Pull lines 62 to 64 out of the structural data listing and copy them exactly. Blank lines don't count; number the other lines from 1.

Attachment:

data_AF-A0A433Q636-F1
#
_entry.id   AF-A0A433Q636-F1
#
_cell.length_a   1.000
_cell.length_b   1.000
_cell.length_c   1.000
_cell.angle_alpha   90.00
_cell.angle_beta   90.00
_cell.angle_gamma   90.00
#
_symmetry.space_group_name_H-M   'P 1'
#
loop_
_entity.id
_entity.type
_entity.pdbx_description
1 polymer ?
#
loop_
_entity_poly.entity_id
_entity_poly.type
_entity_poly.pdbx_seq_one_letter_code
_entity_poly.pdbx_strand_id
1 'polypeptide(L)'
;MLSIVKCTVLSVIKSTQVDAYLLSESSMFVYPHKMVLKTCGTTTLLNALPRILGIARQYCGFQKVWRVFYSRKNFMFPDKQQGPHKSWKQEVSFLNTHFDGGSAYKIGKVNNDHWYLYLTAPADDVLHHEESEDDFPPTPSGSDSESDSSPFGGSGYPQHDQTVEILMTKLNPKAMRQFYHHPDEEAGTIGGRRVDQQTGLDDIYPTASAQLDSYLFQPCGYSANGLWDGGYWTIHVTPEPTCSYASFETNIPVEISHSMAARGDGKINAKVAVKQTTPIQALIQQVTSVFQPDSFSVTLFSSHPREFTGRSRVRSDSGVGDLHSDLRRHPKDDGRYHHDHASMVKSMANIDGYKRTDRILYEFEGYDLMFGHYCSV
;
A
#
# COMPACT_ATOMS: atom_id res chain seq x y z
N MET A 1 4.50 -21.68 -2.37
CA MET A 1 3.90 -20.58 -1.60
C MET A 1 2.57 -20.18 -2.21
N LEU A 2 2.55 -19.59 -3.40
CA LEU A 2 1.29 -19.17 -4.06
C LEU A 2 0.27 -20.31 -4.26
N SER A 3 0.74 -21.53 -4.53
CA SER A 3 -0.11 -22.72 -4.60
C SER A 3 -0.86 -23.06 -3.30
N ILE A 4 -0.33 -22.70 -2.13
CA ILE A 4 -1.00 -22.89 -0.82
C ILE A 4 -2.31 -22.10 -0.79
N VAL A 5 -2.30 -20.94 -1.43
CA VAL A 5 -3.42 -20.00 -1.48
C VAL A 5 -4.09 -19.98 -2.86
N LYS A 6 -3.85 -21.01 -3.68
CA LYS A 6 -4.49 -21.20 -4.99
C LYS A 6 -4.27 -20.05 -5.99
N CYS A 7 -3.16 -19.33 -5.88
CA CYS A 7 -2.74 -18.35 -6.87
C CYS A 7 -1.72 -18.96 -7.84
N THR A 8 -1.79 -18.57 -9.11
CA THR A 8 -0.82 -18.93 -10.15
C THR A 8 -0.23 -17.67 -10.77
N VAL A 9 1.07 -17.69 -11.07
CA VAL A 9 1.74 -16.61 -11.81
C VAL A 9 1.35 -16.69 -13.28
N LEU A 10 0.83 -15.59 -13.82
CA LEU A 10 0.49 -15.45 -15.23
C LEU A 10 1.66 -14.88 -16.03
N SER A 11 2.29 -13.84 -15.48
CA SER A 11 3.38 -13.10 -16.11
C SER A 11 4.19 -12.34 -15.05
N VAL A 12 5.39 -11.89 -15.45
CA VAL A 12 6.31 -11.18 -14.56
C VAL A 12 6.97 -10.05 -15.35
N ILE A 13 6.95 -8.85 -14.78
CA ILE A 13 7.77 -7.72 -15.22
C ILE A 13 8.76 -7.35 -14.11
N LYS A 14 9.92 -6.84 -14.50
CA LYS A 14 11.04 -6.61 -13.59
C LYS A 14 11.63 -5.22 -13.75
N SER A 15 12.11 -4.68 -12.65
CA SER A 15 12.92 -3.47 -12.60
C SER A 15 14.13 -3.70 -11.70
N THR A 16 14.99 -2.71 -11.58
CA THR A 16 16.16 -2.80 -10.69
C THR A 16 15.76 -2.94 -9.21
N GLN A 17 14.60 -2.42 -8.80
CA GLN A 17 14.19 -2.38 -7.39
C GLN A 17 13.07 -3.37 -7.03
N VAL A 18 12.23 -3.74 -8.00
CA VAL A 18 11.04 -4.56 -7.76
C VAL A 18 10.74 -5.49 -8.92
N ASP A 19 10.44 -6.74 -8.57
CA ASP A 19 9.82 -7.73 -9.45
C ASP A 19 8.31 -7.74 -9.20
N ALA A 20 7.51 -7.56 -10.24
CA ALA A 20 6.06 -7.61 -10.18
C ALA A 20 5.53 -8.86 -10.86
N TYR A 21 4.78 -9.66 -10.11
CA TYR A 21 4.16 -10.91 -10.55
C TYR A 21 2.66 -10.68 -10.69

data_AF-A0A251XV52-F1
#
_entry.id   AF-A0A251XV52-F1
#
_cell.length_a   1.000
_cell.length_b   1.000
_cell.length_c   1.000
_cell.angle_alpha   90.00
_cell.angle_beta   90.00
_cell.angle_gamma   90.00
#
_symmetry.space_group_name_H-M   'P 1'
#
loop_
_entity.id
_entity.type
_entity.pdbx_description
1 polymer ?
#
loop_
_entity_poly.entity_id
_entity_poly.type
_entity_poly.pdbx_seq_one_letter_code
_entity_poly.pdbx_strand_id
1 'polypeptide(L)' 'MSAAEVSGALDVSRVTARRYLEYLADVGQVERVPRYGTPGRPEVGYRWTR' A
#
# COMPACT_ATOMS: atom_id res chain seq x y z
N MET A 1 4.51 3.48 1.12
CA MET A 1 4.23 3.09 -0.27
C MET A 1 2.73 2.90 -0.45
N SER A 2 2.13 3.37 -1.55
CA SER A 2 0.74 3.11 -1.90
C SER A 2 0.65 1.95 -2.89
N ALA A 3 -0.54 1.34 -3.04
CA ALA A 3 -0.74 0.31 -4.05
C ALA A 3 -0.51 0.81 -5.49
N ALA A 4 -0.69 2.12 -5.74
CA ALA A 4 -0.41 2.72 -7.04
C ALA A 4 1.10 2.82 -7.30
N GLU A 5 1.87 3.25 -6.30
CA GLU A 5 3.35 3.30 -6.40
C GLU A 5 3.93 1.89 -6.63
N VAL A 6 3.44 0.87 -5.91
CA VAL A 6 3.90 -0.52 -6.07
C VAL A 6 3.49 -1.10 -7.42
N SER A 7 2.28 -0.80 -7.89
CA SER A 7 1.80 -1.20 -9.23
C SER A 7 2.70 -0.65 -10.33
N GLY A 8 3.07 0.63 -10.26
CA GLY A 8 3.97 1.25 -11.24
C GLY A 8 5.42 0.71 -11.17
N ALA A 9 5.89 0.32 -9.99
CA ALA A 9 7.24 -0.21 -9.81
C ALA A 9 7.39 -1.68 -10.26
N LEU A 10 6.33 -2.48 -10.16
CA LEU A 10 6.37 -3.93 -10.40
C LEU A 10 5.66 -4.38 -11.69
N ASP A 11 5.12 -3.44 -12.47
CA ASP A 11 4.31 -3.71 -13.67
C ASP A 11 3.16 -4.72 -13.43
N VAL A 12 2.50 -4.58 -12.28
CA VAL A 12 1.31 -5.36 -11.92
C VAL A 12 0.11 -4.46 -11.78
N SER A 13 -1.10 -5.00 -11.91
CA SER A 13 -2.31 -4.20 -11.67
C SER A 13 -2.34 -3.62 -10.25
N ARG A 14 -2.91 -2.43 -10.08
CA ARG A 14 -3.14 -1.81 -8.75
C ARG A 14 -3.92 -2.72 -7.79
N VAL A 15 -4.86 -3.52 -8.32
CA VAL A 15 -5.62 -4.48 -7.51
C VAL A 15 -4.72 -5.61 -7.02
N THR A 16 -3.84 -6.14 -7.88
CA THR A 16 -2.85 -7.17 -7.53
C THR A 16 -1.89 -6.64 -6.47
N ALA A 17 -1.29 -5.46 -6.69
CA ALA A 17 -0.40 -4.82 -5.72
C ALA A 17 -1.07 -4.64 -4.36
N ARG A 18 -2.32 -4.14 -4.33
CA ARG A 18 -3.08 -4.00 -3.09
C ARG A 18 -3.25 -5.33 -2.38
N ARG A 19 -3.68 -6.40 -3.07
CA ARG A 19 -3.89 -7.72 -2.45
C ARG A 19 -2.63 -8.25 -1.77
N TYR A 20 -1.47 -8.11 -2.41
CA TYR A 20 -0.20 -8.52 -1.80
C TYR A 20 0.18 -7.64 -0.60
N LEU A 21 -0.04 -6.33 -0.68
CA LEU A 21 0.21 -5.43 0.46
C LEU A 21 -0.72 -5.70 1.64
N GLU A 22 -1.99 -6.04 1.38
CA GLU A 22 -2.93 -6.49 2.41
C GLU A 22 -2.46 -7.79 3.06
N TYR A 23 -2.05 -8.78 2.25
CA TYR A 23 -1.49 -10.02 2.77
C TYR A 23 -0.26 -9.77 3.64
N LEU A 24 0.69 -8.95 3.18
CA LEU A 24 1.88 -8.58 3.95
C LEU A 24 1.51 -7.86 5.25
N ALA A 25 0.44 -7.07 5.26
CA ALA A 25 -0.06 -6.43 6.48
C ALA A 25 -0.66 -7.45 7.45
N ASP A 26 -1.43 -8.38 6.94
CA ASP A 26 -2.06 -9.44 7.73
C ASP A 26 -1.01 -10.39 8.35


CA SER A 11 3.38 -13.10 -16.11
C SER A 11 4.19 -12.34 -15.05
N VAL A 12 5.39 -11.89 -15.45